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Iran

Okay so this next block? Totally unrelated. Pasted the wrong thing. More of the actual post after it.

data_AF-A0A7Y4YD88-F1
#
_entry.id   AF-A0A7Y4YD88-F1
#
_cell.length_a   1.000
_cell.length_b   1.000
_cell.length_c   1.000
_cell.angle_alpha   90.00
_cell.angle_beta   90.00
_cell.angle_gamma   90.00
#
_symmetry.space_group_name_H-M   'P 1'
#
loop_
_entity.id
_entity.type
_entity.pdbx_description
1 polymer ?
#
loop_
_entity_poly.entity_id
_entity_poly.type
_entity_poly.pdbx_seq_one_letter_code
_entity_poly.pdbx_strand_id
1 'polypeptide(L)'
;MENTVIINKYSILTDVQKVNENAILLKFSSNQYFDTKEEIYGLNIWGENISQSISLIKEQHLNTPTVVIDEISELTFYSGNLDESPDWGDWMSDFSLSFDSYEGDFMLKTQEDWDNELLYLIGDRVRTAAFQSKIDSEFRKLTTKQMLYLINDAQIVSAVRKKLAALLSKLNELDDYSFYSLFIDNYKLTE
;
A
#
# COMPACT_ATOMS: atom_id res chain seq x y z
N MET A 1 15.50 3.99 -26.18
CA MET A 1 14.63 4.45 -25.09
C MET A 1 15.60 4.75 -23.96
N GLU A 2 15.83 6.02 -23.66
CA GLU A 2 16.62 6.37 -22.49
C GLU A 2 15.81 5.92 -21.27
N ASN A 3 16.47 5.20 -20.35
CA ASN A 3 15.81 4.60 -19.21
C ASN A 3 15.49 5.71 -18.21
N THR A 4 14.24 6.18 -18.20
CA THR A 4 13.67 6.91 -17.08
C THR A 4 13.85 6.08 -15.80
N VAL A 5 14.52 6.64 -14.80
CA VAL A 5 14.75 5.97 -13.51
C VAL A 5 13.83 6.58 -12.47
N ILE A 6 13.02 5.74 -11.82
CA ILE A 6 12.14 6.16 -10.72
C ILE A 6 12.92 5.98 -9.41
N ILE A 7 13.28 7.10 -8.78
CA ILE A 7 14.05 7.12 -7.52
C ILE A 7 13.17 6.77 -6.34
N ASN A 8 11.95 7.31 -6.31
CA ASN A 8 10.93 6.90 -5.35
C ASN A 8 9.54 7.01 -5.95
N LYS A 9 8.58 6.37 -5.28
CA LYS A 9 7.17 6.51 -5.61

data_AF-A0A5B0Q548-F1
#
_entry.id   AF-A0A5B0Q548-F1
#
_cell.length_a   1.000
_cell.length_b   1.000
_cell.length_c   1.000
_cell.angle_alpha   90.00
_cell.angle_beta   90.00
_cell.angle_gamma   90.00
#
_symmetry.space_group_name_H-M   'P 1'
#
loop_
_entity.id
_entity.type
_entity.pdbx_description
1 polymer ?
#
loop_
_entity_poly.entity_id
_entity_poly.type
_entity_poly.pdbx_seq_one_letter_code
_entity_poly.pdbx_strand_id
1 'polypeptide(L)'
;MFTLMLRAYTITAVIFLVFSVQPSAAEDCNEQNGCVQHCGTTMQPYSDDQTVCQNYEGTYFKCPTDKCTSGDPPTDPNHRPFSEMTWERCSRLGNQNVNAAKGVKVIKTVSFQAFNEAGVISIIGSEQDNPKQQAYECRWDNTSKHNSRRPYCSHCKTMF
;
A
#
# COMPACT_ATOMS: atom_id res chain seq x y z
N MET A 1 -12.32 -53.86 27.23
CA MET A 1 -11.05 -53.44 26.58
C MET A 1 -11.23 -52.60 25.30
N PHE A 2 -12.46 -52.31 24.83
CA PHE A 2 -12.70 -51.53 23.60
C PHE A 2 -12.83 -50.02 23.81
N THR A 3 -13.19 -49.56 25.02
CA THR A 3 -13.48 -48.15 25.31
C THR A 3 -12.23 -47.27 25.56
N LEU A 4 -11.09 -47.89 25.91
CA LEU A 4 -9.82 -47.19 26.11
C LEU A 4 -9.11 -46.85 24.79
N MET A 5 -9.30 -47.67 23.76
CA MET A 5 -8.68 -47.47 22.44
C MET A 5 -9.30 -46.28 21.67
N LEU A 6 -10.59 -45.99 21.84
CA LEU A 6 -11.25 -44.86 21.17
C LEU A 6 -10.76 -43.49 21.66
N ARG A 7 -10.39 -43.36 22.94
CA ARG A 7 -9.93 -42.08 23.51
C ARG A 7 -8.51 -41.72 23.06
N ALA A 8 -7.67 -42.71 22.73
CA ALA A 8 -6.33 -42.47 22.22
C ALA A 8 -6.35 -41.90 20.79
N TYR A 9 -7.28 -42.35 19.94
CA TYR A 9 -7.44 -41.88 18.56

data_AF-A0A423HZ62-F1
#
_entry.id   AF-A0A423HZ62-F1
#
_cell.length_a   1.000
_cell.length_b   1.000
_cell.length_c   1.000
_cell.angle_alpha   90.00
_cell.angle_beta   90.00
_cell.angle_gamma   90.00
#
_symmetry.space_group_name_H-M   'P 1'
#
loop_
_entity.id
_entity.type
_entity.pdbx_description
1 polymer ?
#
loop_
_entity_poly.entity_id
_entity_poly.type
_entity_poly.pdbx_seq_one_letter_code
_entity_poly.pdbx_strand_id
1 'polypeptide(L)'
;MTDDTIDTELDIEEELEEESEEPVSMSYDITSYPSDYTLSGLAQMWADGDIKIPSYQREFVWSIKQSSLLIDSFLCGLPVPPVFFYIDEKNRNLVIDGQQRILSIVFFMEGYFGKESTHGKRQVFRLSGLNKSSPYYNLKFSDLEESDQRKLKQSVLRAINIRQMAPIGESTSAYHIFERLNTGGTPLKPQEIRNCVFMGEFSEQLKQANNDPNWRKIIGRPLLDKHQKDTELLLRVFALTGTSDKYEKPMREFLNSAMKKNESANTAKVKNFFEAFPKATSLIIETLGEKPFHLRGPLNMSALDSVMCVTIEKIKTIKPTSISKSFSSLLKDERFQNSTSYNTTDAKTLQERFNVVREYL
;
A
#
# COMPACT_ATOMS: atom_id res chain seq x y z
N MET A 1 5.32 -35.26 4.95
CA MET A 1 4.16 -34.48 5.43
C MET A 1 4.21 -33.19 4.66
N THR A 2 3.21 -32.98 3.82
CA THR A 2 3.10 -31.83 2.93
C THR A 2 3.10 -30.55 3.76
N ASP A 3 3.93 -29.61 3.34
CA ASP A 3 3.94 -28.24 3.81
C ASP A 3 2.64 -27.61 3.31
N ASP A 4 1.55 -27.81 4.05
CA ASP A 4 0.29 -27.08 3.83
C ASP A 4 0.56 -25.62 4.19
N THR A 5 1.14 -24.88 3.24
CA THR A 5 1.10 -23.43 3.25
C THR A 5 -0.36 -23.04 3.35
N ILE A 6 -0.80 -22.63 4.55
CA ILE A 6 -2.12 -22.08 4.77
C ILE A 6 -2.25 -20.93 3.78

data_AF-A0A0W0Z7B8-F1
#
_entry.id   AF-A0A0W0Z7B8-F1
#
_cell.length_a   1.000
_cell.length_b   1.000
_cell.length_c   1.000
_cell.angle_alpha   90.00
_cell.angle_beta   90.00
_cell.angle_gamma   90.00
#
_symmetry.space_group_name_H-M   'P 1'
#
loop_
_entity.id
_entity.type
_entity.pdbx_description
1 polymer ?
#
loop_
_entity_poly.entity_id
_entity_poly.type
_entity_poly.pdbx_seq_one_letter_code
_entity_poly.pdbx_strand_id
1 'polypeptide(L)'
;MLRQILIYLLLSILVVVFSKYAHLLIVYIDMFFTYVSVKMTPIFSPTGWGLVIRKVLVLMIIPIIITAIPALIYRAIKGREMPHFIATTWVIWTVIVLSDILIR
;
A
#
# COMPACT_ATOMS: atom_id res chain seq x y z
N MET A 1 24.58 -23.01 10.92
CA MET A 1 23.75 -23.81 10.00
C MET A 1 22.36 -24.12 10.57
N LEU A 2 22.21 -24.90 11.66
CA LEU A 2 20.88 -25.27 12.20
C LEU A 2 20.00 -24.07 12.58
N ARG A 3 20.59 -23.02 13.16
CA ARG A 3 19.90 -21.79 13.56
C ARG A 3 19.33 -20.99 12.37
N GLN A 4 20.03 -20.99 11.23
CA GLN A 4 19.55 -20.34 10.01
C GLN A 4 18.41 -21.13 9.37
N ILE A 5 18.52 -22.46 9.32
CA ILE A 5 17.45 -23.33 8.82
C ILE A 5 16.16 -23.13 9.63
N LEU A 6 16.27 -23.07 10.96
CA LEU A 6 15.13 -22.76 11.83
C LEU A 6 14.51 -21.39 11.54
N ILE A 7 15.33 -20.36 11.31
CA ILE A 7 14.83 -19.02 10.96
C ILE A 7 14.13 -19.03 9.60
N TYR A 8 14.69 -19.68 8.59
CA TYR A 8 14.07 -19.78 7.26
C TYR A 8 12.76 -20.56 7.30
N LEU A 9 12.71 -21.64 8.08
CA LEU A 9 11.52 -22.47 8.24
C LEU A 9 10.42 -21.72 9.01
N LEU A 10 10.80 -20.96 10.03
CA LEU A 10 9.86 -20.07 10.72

Iran is a country located in the Middle East. Below it is the Gulf of Oman and to the west is the Persian Gulf. On the east is Afghanistan and to the north is Turkmenistan and the Caspian Sea. The total area of Iran is 632,457 square miles, which is slightly larger than Alaska and about 6 times smaller than the United States. Iran has about 65,612,000 people which is about 100 people per square mile. That means that the United States has close to 3 times the size in population than Iran. Climate and Geography Iran is split up into three regions of land forms. The first is the coast along the Persian Gulf and Gulf of Oman which has high temperatures of 120 degrees Fahrenheit. In the inland part of the plateau in can also hit 120 degrees. In the capital city Tehran, which is located at the edge of the Elburz Mountains, the average temperature is about 36 degrees Fahrenheit in January and 85 degrees Fahrenheit in July. In the nearby city of Abadan, which is on the coast of Iran up in the corner of the Persian Gulf, the temperatures are about the same, even though it's right by the Persian Gulf getting the warm air from the the water. The Plateau of Iran is very dry throughout most of it because the annual precipitation is about 1 or 2 inches. On the coast of the Persian Gulf they get 10 inches to 15 inches per year. In the Zagros and Elburz Mountain ranges, the precipitation is about 50 inches annually. Rivers in Iran are low in the summer time because most of them are on flat land. The only rivers that stay high are the ones that run from mountains. Like the Karun River, which flows from the Zagros Mountains into Khorramshahr. It is supposedly the most navigable river in Iran. The highest peak in Iran is Mount Damavand at 18,934 feet, it is part of the Elburz mountain range. The second highest peak is Mount Kalar, which is 14,100 feet high. The Karun river flows southward from beside this mountain. History In 549 B.C. Iran was called Persia and ruled by Cyrus the Great. He united the Medes and Persians to make the country we know of today as Iran. In the process of doing this, he also restored Jerusalem to the Jews and conquered Babylonia. About 200 years later, in 333 B.C., Alexander the Great came in and took over Persia, but a century later the Persians regained Persia from the help of the Pathians. In 226 A.D. the Persians lost and gave over Persia to the Sassanian Persians. Later in the 7th century, Arab people brought over the religion of Islam to Persia, pushing aside their first religion of Zoroastrian. This initially dominant religion still stuck around for hundreds of years despite the Islamic take over. In the eleventh century, Seljuk Turks dominated for a Persia before overrun by Mongols under the rule of Genghis Khan. Then came Tamelane and his Mongol Hordes, and after that the Turkomans took over. The Turkomans were overrun by Ismail I, who said that he was a descent from the great Ali. He became extremely popular and began the Safavid dynasty which lasted from 1502 to 1736 during his rule Shiism became the national religion. In 1736 the Afghans conquered Ali and started the Afshar dynasty followed by the Zand dynasty in 1750. The Zand dynasty ended in 1794 when Agha Muhammad Khan, a ruler who was cruel to the people promoted himself to Shah which is ruler of the country, and began the Qajar dynasty. In 1923, Reza Shah Pahavi came into Iran and pronounced himself prime minister. In 1925, he became elected Shah and ended the Qajar dynasty. Pahavišs son took over in the 1940s when World War II started. Shah Muhammad Reza Pahlavi married and had a son, Prince Reza Pahlavi in 1960. He maintained close alliance with the United States during this time by signing a defense agreement. In 1963, the Shah formed a committee to form a program of modernization through land reform and industrializing Iran. This plan caused corruption in many of the people. The Shah used the army and secret police to control them. Rioting broke out and the Shah fled from the country. From then on the rule of Islamic fundamentalist Ayatollah Ruhollah Khomeini he made Iran an Islamic country. Many people under the old Shah were arrested, tried and executed. In January of 1980, a new man was elected. His name was Bani-Sadr. However just one year later he was dismissed. The man that followed him, Muhammad Ali Rajai was assassinated in 1981 so Hojatolislam Ali Khamenei was elected president in the same year and reelected in 1985. In 1986 the Iran Contra Affair occurred. This was a deal between the U.S. and Iran dealing with arms sales. In 1991, when the Persian Gulf War broking out Iran stayed neutral throughout the entire conflict. Culture About two thirds of the population descended from the Aryan tribes which came to Iran in the seventeenth century from parts of central Asia. The other third of the population is made up of mostly Turks, Arabs and Armenians and Jews. Some of the largest groups that are part of the Aryans are the Persians who are make up 63% of the population. Many Aryans live on the central plateau while the Gilani and Mazanderani who are also part of the Aryan origin live on the coast of the Persian Gulf. Some of the ethnic minorities groups are nomadic, like the Kurds, Baktiari, and Lurs, who live mostly in the Zagros Mountains. The official language of Iran is Persian because of the previously named country which is today Iran. This Indo-European language is written in Arabic. Although this language is common, it is not like the language that is spoken by the Gilani and Mazandarani. This is similar in ways but different enough to be it's own language. People like the Kurdish, Luri, and Baluchi have their own separate language. About 98% of the population in Iran are Muslims and 93% are Shiites or part of a Shia section of Islam. Shiite Islam is the official religion of Iran, though ethnic parties like the Kurds and Baluchi follow a different sect of Islam. Government Iran's government is theocratic republic. The government was originally a monarchy, which started in 1906 and ended in 1979. In that year an Islamic republic was formed by the religious leader Faqih, who still oversees the government. The chief executive head of state is the president, who is elected by popular vote and serves a four year term. Presently the acting president is Hashemi Rafsanjani and he was elected choose a prime minister who must be approved by the National Parliament and by the Prime Minister's Cabinet. Legislation in Iran is a Parliament, and they are called the Majlis. It consists of 270 members who are popularly voted in for four years. They have the power to dismiss any kind of bill or act with a "No Confidence Vote." In Iran, all citizens over the age of sixteen can vote for electing government officials. Iran is split up into 24 provinces, and each province is divided into 195 counties. In each counties there are 500 districts and within the district there are villages and municipalities. Province and district officials are elected by the national government, while the municipalities appoint their own mayors by popular vote. Iran makes each and every man who is a citizen of Iran give at least two years of Military service to their country. As of the late 1980s, Iran had around 473,000 soldiers in their military. Economy The GNP (gross National product) for Iran in 1991 was $90 billion, which dropped all the way to $71.01 billion. The income per capita in 1991 was around $1,500. Iran's leading resources are drilling for Oil which is a big one for them, a lot of agriculture and some manufacturing of textiles. Agriculture in 1950 was started over with land reform program. They redistributed about 2 million acres of land out to the peasant farmers during this program. In the early 1990s, the amount of wheat produced per year was about 8.2 million metric tons. They also produced 2.5 million metric tons of potatoes, 3.6 million metric tons of barley, 1.4 million metric tons of grapes and 2.1 million metric tons of rice. They also grew sugar beets, sugar cane, corn, citrus fruits, tobacco, tea. Farmers breed livestock like sheep, goats, cattle and asses. The main industry in Iran is Oil, just like most countries in the Middle East. The big oil fields are located at the head of the Persian Gulf in the southwest region. Oil makes most of the money for Iran. The oil industry was been nationalized since 1951 and in 1980 petroleum industry was controlled by the National Ministry of petroleum. From about 1987 to 1989, 828 million barrels of oil were being produced annually. Shipments of petroleum came to a halt in late the 1970s to lower oil prices but the war between Iraq and Iran didn't help so it started up again. The labor distribution is split up into four pieces. 50% government and services, 28% agriculture, 10% mining and manufacturing, and about 12% construction. With foreign trade, Iran makes a killing off of petroleum exports. As a matter of fact 90% of their export income is from oil. In the late 1980s Iran's gross income from export was 9.4 billion dollars and their annual gross pay for imported goods was 11 billion. Health and Education Education in Iran is poor compared to the United States. The literacy rate is 54% for just adults. School education is generally meant for 6 to 14 year olds, although it is loosely run because of the shortage of teachers and schools. In the late 1980s about 7.4 million children attended primary schools, and around 3.4 million were enrolled into secondary schools. Vocational schools had about 252,000 kids annually. Right now there are about twenty one Universities in Iran. The largest one of them all is in Tehran and was founded in 1934. Health in Iran is free for anybody from the ages of 6 to 11. Health care has improved over the years, but it is still inadequate around rural areas. In all of Iran there was 70,184 hospital beds in 1986. In 1987 there were only 16,918 physicians available to the people. The life expectancy for women is 66 years old and for men 64 years old. Communication and Transportation Transportation between two cities is very easy in Iran. There are trains running in between most major cities, like Tehran and Mashhad and Tabriz. There are highways extending from the border of Afghanistan to the border of Iraq. There are six ports for exporting goods around the sea. Along with that there are two major airports which fly international flights across the world. Altogether there is 139,368 kilometers of road, and 4,601 kilometers of railroad. Current Issue I looked and couldn't find any current issues. The latest big issue was back in 1989 which was the Iran Contra deals. You said yourself that that was to long ago to be used as a current issue.